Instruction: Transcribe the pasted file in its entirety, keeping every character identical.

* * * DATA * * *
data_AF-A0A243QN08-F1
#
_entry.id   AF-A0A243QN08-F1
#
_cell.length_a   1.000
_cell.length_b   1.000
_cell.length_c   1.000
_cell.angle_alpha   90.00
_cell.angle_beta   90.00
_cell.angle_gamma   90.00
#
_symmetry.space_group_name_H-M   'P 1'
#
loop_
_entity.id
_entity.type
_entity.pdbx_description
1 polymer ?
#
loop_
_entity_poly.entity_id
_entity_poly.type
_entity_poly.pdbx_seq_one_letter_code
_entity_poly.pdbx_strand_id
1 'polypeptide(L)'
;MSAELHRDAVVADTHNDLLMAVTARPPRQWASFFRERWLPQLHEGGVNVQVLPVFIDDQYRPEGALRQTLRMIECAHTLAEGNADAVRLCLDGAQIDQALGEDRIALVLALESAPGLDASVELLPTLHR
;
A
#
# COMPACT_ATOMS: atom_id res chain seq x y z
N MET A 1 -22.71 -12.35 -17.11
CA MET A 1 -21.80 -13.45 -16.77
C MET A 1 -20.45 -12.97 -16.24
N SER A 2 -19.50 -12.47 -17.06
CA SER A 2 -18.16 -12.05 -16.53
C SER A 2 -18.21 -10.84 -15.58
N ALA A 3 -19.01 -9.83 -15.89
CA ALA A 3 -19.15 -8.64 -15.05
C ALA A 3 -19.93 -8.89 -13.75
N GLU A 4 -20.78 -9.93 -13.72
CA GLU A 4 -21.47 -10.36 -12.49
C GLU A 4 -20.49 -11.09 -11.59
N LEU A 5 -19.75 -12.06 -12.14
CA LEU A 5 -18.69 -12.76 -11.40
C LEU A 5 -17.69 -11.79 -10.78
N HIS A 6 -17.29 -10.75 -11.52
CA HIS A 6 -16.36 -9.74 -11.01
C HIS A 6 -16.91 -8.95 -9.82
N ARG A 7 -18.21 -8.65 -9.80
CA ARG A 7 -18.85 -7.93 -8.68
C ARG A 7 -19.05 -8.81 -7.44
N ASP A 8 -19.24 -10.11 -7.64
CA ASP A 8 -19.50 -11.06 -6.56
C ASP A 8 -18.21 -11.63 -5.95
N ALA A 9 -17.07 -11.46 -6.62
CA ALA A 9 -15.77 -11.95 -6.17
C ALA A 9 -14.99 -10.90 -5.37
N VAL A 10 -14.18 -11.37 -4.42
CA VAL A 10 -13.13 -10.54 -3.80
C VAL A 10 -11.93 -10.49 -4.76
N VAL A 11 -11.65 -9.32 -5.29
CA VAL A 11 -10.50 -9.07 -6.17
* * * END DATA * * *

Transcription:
data_AF-A0A243QN08-F1
#
_entry.id   AF-A0A243QN08-F1
#
_cell.length_a   1.000
_cell.length_b   1.000
_cell.length_c   1.000
_cell.angle_alpha   90.00
_cell.angle_beta   90.00
_cell.angle_gamma   90.00
#
_symmetry.space_group_name_H-M   'P 1'
#
loop_
_entity.id
_entity.type
_entity.pdbx_description
1 polymer ?
#
loop_
_entity_poly.entity_id
_entity_poly.type
_entity_poly.pdbx_seq_one_letter_code
_entity_poly.pdbx_strand_id
1 'polypeptide(L)'
;MSAELHRDAVVADTHNDLLMAVTARPPRQWASFFRERWLPQLHEGGVNVQVLPVFIDDQYRPEGALRQTLRMIECAHTLAEGNADAVRLCLDGAQIDQALGEDRIALVLALESAPGLDASVELLPTLHR
;
A
#
# COMPACT_ATOMS: atom_id res chain seq x y z
N MET A 1 -22.71 -12.35 -17.11
CA MET A 1 -21.80 -13.45 -16.77
C MET A 1 -20.45 -12.97 -16.24
N SER A 2 -19.50 -12.47 -17.06
CA SER A 2 -18.16 -12.05 -16.53
C SER A 2 -18.21 -10.84 -15.58
N ALA A 3 -19.01 -9.83 -15.89
CA ALA A 3 -19.15 -8.64 -15.05
C ALA A 3 -19.93 -8.89 -13.75
N GLU A 4 -20.78 -9.93 -13.72
CA GLU A 4 -21.47 -10.36 -12.49
C GLU A 4 -20.49 -11.09 -11.59
N LEU A 5 -19.75 -12.06 -12.14
CA LEU A 5 -18.69 -12.76 -11.40
C LEU A 5 -17.69 -11.79 -10.78
N HIS A 6 -17.29 -10.75 -11.52
CA HIS A 6 -16.36 -9.74 -11.01
C HIS A 6 -16.91 -8.95 -9.82
N ARG A 7 -18.21 -8.65 -9.80
CA ARG A 7 -18.85 -7.93 -8.68
C ARG A 7 -19.05 -8.81 -7.44
N ASP A 8 -19.24 -10.11 -7.64
CA ASP A 8 -19.50 -11.06 -6.56
C ASP A 8 -18.21 -11.63 -5.95
N ALA A 9 -17.07 -11.46 -6.62
CA ALA A 9 -15.77 -11.95 -6.17
C ALA A 9 -14.99 -10.90 -5.37
N VAL A 10 -14.18 -11.37 -4.42
CA VAL A 10 -13.13 -10.54 -3.80
C VAL A 10 -11.93 -10.49 -4.76
N VAL A 11 -11.65 -9.32 -5.29
CA VAL A 11 -10.50 -9.07 -6.17